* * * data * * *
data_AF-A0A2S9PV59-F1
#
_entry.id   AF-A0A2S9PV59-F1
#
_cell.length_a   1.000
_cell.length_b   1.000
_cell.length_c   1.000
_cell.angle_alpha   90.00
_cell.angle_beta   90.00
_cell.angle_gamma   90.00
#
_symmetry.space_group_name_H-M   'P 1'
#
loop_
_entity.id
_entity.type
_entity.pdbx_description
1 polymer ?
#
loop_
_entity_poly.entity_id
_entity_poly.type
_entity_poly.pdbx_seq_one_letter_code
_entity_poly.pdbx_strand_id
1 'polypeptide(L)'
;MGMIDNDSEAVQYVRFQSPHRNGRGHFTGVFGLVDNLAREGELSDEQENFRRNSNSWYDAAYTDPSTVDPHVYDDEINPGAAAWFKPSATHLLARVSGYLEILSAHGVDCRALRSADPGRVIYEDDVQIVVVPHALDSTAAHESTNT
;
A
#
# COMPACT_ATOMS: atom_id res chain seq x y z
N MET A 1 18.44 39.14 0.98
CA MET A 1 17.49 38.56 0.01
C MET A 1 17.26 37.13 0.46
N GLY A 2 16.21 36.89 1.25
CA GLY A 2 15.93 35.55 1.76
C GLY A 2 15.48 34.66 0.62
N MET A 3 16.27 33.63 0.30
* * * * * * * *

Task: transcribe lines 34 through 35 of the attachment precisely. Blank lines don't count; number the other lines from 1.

N GLY A 2 16.21 36.89 1.25
CA GLY A 2 15.93 35.55 1.76